Patriot Act: Investors give up a little privacy when they join a mutual fund
Q: I recently printed out the prospectus/application from Dodge & Cox. It says the company must have my street address to comply with the USA Patriot Act and that someone will verify that address. As someone who has used a post office box for years, I'm unhappy with this. I don't see how this makes my country safer since I could move two weeks after I give them my address. Do you have any information regarding this matter? I'd like a more concrete answer than, "a third party will verify your address" from a customer service representative I contacted.
K.G., Saratoga, Calif.
A: USA Patriot Act regulations that took effect this fall require various financial service providers - mutual funds included - to beef up their knowledge of people with whom they're doing business. Since it's not in the identity business, Dodge & Cox hired Background Bureau Inc., a suburban Cincinnati company that runs background checks on new employees and the like. Background Bureau CEO Sam Paris says that while personal freedom seems to him to be a vanishing commodity, "it's the system we live in" and the law requires that these checks be made.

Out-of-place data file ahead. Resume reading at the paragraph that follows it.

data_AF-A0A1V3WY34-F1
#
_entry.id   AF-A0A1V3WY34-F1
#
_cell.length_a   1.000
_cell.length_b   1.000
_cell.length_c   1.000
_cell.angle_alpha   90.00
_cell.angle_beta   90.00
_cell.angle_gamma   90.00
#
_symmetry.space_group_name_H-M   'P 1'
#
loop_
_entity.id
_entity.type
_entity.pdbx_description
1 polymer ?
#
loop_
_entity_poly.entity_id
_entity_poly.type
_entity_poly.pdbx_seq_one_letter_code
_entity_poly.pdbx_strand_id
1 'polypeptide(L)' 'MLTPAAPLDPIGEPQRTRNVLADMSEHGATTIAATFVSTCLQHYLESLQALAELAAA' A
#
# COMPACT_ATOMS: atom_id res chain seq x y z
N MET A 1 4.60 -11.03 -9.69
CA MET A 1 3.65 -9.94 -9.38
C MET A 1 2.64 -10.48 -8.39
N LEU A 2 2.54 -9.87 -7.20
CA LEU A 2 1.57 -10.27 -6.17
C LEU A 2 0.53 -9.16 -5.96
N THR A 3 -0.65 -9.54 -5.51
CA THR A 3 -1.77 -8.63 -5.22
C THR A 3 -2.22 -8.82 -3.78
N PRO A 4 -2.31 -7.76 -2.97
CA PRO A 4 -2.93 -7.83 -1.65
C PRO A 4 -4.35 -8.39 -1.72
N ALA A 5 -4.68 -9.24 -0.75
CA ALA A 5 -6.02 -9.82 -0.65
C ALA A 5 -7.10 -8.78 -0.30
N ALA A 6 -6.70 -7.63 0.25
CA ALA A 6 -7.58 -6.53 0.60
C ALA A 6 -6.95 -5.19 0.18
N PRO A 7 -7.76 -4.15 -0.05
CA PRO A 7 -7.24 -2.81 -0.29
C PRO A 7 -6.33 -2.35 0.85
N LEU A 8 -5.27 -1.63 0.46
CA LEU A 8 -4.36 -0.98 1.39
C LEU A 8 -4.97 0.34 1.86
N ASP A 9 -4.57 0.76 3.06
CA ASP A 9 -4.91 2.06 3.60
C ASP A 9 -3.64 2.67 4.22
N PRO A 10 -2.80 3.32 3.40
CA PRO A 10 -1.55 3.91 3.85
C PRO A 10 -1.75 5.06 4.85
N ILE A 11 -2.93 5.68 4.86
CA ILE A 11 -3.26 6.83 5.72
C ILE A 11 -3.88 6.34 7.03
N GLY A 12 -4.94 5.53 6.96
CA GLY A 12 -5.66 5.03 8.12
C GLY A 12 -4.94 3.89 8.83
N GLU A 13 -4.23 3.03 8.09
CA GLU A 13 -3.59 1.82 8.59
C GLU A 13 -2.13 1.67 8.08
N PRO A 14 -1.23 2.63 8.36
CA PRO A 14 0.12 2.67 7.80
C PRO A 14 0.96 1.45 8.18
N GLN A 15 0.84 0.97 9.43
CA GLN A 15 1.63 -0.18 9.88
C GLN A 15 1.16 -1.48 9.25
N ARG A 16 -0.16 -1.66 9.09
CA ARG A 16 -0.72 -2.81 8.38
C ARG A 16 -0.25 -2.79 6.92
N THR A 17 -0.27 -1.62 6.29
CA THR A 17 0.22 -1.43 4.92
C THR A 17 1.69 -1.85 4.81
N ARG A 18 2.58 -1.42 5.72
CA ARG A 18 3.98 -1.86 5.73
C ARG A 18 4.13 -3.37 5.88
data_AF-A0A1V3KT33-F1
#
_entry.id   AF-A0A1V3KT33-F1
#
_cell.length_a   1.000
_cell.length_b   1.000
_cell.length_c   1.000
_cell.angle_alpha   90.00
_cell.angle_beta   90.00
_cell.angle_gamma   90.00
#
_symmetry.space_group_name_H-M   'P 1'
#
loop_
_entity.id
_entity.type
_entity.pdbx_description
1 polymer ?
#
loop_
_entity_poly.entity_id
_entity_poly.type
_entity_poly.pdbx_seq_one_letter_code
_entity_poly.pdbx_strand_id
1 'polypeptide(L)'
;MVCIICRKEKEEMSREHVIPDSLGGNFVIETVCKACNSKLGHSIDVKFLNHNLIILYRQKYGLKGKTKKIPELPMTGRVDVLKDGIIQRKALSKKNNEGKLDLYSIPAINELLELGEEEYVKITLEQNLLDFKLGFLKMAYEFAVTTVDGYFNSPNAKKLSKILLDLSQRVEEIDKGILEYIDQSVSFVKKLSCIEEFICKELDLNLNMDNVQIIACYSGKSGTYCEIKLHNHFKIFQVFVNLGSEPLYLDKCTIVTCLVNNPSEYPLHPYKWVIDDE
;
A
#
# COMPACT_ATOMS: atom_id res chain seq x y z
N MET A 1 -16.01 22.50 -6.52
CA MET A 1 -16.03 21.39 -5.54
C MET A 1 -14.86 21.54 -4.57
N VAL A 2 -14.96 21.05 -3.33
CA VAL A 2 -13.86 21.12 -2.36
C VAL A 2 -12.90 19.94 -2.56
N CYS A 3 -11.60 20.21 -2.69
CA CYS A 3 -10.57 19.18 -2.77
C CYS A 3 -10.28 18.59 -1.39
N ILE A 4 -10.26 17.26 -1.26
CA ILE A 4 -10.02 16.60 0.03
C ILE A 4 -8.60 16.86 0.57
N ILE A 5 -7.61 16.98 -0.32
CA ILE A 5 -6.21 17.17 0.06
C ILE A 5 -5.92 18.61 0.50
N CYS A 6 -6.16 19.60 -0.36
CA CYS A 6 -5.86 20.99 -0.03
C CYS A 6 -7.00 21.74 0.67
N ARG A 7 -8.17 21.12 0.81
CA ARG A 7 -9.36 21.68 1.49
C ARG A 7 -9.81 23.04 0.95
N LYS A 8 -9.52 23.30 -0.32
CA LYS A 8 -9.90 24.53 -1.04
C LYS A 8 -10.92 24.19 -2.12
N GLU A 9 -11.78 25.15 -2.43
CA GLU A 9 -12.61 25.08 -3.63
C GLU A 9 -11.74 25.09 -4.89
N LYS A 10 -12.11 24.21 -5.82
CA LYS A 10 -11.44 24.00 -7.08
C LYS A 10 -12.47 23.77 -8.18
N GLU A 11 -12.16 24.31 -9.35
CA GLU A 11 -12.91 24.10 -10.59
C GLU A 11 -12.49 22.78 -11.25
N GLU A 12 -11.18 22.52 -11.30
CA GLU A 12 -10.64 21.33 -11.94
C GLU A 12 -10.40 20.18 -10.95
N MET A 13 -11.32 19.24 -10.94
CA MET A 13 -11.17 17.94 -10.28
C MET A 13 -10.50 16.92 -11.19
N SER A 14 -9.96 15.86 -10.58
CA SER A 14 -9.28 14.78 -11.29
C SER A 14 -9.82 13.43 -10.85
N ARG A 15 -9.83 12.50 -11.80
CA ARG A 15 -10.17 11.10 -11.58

Mr. Paris says his company uses information from your application to verify against government records that you are not a suspected terrorist. Once that is established, he says, no one goes on to build any sort of dossier.
Kathy Miller, a customer service representative for Dodge & Cox, says the fund company will happily send any statements to your post office box. It just needs to know your street address so Background Bureau can do its job.
As to whether a mutual fund knowing your address makes our streets safer, that's a matter for you and Congress. Federal lawmakers came up with the law. And yes, you certainly could move in two weeks, even two hours, after revealing your street address.